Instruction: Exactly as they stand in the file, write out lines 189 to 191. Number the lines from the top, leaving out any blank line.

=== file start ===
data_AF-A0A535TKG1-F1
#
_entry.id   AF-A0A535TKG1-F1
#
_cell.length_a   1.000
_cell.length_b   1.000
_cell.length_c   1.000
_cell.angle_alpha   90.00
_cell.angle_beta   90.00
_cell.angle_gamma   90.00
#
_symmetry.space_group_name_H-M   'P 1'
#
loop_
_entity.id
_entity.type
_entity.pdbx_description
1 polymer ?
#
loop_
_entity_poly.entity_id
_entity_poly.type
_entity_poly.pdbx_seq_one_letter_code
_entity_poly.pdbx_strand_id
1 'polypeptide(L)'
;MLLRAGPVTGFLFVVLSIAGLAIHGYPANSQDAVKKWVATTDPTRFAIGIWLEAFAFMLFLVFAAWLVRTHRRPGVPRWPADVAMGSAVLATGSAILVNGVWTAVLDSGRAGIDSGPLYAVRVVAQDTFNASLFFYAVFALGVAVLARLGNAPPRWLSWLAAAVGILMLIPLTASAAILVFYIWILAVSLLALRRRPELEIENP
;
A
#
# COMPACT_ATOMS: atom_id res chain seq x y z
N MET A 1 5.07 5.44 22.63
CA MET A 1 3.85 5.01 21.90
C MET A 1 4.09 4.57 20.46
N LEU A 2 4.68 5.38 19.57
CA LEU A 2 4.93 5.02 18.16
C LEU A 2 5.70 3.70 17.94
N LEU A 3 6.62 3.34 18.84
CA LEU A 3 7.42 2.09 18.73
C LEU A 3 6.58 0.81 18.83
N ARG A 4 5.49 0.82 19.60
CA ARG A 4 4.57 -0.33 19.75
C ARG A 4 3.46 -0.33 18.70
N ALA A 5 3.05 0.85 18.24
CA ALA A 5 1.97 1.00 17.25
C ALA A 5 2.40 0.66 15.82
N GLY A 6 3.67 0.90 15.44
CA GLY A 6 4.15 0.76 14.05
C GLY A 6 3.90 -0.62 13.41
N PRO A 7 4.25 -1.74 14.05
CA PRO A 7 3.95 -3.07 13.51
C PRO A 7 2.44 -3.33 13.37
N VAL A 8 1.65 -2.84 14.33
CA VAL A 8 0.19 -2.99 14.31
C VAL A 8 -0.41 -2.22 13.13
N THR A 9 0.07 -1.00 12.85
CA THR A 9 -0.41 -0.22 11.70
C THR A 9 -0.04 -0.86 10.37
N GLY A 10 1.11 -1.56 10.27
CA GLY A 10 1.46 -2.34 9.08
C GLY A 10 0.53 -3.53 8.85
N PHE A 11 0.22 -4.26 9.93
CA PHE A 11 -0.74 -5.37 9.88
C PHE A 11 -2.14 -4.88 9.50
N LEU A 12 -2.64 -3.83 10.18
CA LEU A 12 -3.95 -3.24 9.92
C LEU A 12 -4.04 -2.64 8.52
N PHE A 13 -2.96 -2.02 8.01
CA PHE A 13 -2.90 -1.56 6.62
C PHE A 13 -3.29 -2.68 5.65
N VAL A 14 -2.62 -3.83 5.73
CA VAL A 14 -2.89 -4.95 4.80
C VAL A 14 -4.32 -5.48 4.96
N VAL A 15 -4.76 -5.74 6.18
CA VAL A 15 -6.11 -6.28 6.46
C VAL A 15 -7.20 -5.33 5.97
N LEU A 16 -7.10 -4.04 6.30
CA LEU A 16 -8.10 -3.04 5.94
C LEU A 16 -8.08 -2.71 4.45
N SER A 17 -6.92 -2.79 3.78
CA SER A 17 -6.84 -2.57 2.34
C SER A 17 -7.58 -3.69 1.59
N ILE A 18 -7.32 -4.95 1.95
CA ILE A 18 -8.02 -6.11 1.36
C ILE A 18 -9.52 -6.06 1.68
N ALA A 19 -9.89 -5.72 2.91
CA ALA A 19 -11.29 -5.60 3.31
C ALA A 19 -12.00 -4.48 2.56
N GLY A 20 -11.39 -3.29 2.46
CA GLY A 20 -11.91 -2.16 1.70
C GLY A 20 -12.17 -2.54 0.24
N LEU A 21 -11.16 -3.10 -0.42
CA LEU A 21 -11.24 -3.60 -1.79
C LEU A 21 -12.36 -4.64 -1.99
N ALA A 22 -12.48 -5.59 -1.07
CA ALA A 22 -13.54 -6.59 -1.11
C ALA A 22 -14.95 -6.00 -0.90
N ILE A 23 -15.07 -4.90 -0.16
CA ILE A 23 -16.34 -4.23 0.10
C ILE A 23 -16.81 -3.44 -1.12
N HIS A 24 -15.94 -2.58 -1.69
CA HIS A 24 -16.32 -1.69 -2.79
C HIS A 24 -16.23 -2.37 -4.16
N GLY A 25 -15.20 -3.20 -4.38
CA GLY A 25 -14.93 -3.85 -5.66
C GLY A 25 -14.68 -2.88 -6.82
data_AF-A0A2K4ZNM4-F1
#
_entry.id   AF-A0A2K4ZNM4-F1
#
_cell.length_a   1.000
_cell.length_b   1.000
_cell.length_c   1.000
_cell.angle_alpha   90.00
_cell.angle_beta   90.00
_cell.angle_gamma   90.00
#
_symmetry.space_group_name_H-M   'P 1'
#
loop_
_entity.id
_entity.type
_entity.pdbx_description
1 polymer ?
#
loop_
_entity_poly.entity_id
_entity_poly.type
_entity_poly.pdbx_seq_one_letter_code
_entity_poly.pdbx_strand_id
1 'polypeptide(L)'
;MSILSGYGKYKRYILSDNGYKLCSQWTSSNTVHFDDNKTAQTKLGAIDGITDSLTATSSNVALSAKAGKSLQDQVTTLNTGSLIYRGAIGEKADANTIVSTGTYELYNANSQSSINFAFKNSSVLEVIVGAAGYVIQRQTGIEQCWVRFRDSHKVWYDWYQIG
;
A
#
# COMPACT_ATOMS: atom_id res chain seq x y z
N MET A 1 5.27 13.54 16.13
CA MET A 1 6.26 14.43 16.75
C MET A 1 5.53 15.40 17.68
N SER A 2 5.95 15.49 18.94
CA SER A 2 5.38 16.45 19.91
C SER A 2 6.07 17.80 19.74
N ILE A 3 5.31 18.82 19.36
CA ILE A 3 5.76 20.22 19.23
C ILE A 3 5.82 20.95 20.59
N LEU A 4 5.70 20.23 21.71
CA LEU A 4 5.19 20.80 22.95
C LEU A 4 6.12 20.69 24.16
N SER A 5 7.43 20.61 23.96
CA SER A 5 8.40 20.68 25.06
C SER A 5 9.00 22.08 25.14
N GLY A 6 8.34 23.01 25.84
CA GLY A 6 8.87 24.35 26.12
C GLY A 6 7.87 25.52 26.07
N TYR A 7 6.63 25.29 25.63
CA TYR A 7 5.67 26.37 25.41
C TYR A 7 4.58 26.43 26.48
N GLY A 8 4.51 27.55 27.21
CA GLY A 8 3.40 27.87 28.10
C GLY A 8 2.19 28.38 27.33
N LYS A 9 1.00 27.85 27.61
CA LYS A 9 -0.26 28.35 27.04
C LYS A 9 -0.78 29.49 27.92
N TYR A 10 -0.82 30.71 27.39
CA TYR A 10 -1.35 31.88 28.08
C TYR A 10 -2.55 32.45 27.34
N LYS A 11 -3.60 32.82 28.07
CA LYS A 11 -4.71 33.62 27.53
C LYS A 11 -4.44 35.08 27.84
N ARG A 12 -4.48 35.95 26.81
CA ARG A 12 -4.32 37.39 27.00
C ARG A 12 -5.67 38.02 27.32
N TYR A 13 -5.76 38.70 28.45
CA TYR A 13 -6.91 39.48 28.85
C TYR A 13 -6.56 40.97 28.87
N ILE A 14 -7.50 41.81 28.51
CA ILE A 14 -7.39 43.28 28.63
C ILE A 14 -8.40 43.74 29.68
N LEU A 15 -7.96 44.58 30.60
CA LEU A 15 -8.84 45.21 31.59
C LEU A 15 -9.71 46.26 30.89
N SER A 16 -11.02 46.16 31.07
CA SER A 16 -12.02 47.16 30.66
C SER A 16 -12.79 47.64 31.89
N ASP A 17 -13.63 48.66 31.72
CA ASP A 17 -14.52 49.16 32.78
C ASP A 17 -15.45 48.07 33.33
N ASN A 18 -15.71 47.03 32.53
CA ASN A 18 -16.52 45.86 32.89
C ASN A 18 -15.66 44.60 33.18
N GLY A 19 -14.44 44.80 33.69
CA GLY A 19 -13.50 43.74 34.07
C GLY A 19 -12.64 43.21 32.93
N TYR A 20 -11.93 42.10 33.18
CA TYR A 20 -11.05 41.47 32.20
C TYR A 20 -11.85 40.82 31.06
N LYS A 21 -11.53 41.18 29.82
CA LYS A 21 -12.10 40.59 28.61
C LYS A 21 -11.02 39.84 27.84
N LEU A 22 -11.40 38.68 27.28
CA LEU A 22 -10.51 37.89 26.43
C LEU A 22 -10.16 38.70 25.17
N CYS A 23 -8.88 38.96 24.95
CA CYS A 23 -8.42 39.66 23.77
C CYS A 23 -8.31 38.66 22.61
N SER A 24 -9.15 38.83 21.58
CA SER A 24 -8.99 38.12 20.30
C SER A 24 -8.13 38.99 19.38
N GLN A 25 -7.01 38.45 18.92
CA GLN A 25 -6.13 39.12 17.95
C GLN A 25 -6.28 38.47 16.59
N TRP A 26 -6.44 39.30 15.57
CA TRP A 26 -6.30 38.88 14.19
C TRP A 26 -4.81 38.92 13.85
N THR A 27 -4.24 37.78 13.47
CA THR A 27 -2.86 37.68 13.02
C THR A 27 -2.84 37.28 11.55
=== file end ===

C ASN A 18 -15.66 44.60 33.18
N GLY A 19 -14.44 44.80 33.69
CA GLY A 19 -13.50 43.74 34.07